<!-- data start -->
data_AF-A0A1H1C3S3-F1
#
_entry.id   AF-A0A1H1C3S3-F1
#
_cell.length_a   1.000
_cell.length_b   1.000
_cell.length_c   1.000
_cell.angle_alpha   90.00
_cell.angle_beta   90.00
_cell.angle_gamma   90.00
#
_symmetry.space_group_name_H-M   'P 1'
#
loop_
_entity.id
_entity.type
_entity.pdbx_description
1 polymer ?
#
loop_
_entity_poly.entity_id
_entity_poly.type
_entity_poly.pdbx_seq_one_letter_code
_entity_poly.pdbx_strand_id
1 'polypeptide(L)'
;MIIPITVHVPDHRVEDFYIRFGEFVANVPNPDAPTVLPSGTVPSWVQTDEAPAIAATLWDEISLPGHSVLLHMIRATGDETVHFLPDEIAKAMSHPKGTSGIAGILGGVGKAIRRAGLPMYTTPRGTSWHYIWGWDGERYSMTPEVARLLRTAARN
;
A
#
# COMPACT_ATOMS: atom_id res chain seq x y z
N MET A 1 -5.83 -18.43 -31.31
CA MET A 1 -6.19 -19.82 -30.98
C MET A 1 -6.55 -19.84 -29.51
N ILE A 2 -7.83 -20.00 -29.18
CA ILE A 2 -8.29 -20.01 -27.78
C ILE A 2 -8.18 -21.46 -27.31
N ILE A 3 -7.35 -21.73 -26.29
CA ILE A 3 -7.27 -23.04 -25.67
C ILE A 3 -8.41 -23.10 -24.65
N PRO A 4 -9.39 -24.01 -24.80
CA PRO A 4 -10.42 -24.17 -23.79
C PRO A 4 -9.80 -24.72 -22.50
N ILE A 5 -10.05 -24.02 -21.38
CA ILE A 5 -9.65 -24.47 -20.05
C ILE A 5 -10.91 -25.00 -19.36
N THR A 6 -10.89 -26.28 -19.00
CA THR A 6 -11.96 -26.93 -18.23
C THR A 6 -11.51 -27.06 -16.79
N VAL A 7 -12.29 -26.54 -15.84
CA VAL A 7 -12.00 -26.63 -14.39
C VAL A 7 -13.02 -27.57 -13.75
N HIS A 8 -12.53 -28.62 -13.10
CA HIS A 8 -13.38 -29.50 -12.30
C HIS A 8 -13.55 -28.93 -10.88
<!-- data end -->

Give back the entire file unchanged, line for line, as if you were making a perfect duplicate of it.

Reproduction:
data_AF-A0A1H1C3S3-F1
#
_entry.id   AF-A0A1H1C3S3-F1
#
_cell.length_a   1.000
_cell.length_b   1.000
_cell.length_c   1.000
_cell.angle_alpha   90.00
_cell.angle_beta   90.00
_cell.angle_gamma   90.00
#
_symmetry.space_group_name_H-M   'P 1'
#
loop_
_entity.id
_entity.type
_entity.pdbx_description
1 polymer ?
#
loop_
_entity_poly.entity_id
_entity_poly.type
_entity_poly.pdbx_seq_one_letter_code
_entity_poly.pdbx_strand_id
1 'polypeptide(L)'
;MIIPITVHVPDHRVEDFYIRFGEFVANVPNPDAPTVLPSGTVPSWVQTDEAPAIAATLWDEISLPGHSVLLHMIRATGDETVHFLPDEIAKAMSHPKGTSGIAGILGGVGKAIRRAGLPMYTTPRGTSWHYIWGWDGERYSMTPEVARLLRTAARN
;
A
#
# COMPACT_ATOMS: atom_id res chain seq x y z
N MET A 1 -5.83 -18.43 -31.31
CA MET A 1 -6.19 -19.82 -30.98
C MET A 1 -6.55 -19.84 -29.51
N ILE A 2 -7.83 -20.00 -29.18
CA ILE A 2 -8.29 -20.01 -27.78
C ILE A 2 -8.18 -21.46 -27.31
N ILE A 3 -7.35 -21.73 -26.29
CA ILE A 3 -7.27 -23.04 -25.67
C ILE A 3 -8.41 -23.10 -24.65
N PRO A 4 -9.39 -24.01 -24.80
CA PRO A 4 -10.42 -24.17 -23.79
C PRO A 4 -9.80 -24.72 -22.50
N ILE A 5 -10.05 -24.02 -21.38
CA ILE A 5 -9.65 -24.47 -20.05
C ILE A 5 -10.91 -25.00 -19.36
N THR A 6 -10.89 -26.28 -19.00
CA THR A 6 -11.96 -26.93 -18.23
C THR A 6 -11.51 -27.06 -16.79
N VAL A 7 -12.29 -26.54 -15.84
CA VAL A 7 -12.00 -26.63 -14.39
C VAL A 7 -13.02 -27.57 -13.75
N HIS A 8 -12.53 -28.62 -13.10
CA HIS A 8 -13.38 -29.50 -12.30
C HIS A 8 -13.55 -28.93 -10.88